8:00: The National Anthem is blaring on the PA, but we are still in the line for GA.
8:15: We’re finally in the stadium gates. Now it is time to find a seat. Never mind that the top of the first inning is already in the books. We climb a few flights of stairs, find some seats two rows from the top of the left field bleachers, and settle in for the evening.
1st Inning: At this point I was exhausted from waiting in line and handling the rowdy children, so I stopped tracking a minute-by-minute account of the evening. So we found our seats, right? We also found our appetites, and the children were hungry. My friend took his kids while we guarded their seats. You wouldn’t believe how many people come up to you and try to steal the seats that were obviously saved. So while that was going on, I realized that the 1st inning was already over. Huh, looks like UCLA somehow scored a run. Bruins lead 1-0.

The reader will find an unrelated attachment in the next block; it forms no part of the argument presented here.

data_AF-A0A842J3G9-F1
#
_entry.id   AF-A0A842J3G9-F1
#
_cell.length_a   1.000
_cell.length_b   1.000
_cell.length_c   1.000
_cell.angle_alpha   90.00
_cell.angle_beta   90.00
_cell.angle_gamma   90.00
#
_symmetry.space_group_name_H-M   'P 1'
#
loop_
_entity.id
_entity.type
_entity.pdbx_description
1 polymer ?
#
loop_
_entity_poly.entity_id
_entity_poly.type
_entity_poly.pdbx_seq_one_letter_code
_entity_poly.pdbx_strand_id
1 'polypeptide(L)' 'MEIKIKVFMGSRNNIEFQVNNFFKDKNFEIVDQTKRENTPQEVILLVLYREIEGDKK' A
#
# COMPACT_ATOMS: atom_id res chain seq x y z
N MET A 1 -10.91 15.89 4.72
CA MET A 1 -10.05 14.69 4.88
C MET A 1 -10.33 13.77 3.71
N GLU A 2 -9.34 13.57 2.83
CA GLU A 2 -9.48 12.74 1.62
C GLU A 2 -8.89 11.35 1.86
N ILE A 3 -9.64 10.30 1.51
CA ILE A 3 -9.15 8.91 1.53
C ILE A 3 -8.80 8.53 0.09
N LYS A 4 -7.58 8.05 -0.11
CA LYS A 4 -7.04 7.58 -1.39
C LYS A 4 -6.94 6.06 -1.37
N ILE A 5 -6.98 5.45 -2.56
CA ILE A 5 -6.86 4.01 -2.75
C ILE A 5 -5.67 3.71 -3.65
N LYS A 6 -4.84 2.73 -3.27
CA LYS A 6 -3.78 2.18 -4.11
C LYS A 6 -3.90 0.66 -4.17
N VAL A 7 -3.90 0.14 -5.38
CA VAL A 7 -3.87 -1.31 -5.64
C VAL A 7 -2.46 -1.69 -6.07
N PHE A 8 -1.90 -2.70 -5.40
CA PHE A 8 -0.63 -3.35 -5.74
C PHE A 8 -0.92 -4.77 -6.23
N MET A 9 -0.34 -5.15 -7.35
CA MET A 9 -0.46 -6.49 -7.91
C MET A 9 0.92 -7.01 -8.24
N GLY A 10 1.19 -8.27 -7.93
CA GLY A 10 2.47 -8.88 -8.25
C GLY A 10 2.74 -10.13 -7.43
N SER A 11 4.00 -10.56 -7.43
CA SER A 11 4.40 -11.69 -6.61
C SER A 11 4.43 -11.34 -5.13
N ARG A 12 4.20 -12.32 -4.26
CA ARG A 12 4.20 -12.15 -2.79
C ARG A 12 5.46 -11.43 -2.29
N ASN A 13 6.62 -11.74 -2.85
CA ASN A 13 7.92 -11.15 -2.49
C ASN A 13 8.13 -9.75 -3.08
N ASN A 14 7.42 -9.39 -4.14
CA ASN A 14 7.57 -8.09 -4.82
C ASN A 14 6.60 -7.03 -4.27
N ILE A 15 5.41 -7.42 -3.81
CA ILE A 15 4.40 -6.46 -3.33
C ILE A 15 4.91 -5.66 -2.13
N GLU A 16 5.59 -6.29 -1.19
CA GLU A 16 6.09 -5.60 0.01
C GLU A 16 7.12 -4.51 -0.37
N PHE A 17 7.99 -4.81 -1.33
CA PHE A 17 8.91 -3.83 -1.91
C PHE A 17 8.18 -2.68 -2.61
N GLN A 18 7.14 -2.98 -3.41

2nd Inning: Our friends came back and then it was time for the boys and me to get food. Let me tell you, out in the GA, there isn’t much to choose from unless you want to walk over to the stadium. They had some food in between the left and right field bleachers where your choices were a hot dog, a bigger hotdog, a brat, or some peanuts and chips. Already having missed an inning, I didn’t want to walk around the stadium looking for chicken fingers or hamburgers, so we settled on the hotdogs. We get back. Already the bottom of the 2nd inning. Got the kids situated with their food, started eating mine, and the 2nd inning was over. I must have missed it again. UCLA was now up 2-0.